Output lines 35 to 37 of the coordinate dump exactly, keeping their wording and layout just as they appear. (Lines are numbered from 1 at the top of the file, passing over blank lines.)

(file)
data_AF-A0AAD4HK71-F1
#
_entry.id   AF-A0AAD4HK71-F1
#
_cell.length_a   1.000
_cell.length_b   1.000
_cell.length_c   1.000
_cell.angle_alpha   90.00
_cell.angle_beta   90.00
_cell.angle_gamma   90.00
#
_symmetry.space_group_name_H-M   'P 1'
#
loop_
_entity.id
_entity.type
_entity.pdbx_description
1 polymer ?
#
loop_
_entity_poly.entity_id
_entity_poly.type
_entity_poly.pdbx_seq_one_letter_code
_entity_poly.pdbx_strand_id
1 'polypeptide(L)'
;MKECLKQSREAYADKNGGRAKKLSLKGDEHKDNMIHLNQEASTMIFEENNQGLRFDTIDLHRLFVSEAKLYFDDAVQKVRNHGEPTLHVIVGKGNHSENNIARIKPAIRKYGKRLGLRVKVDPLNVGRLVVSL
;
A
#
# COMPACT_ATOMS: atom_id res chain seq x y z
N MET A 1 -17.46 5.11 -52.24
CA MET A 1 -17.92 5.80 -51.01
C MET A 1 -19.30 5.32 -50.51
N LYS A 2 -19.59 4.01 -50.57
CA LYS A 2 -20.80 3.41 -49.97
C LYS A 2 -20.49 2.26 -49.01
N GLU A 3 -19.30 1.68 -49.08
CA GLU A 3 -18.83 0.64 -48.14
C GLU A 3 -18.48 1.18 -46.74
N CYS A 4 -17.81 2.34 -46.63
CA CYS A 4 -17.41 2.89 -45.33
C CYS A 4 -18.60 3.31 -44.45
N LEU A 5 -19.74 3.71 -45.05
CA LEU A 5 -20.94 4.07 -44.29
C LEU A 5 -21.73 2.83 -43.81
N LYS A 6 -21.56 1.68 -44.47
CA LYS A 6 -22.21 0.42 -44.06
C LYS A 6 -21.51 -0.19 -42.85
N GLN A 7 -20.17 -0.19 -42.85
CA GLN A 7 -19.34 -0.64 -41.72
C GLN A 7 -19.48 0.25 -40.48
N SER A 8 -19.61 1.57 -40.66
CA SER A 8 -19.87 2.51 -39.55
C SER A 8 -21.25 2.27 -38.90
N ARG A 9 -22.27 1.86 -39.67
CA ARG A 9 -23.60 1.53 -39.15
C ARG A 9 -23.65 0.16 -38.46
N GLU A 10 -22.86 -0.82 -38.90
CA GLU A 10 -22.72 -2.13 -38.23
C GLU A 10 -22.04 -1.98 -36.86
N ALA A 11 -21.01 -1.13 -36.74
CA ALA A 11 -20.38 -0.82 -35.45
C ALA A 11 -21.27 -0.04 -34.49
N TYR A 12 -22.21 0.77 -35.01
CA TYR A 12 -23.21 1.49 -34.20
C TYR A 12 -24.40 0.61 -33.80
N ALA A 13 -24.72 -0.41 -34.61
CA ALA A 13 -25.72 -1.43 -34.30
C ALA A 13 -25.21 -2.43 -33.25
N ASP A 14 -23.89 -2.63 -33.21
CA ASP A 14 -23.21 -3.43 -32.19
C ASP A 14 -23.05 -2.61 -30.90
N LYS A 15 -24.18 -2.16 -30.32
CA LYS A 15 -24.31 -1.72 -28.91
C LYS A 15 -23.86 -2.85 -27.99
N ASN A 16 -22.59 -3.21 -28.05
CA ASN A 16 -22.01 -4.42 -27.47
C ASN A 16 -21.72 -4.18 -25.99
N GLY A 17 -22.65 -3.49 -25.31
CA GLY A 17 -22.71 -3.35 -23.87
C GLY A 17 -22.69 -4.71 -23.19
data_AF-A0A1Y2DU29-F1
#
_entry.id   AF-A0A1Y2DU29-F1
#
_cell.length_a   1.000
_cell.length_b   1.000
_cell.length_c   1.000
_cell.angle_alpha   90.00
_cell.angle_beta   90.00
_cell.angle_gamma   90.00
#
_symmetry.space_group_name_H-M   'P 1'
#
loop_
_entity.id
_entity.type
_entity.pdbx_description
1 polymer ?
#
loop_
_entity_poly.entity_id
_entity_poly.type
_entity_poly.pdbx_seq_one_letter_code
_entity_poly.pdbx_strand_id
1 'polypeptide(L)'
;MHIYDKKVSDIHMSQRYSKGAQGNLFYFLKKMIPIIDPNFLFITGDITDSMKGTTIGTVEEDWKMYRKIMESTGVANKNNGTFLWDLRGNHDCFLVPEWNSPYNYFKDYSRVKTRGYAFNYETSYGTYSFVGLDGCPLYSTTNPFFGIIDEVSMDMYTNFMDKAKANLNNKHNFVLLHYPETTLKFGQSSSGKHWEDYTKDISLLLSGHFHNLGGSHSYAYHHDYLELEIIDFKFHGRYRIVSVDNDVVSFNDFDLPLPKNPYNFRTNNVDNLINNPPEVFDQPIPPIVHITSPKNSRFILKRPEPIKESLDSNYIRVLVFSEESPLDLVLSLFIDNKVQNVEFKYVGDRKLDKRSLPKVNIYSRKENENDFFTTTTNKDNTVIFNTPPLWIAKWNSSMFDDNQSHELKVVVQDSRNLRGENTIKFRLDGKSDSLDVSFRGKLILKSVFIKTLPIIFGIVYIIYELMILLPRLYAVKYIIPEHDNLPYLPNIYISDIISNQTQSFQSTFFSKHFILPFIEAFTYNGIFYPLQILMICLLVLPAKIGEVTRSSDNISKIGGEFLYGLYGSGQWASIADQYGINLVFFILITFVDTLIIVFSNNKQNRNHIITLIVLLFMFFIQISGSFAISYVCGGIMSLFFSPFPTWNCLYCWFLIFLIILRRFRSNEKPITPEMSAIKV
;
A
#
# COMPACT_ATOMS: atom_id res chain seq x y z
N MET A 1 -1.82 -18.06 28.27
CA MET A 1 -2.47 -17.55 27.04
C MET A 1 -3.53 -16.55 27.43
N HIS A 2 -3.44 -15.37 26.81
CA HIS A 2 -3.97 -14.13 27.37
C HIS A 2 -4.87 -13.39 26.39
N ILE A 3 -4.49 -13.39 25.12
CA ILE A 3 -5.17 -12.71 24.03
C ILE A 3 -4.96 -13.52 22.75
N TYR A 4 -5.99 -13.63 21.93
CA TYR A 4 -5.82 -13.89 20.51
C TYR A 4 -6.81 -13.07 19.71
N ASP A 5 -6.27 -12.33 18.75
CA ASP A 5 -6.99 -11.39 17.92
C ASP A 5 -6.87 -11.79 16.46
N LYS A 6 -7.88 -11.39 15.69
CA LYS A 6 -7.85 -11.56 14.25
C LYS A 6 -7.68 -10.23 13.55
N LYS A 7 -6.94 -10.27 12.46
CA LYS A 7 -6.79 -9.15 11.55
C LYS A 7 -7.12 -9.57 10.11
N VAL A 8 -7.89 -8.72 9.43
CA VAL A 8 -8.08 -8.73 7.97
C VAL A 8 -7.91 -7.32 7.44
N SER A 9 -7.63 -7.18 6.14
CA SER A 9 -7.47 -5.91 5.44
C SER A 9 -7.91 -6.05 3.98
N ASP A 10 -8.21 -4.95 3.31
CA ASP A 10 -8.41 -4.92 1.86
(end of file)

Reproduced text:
CA LYS A 2 -20.80 3.41 -49.97
C LYS A 2 -20.49 2.26 -49.01
N GLU A 3 -19.30 1.68 -49.08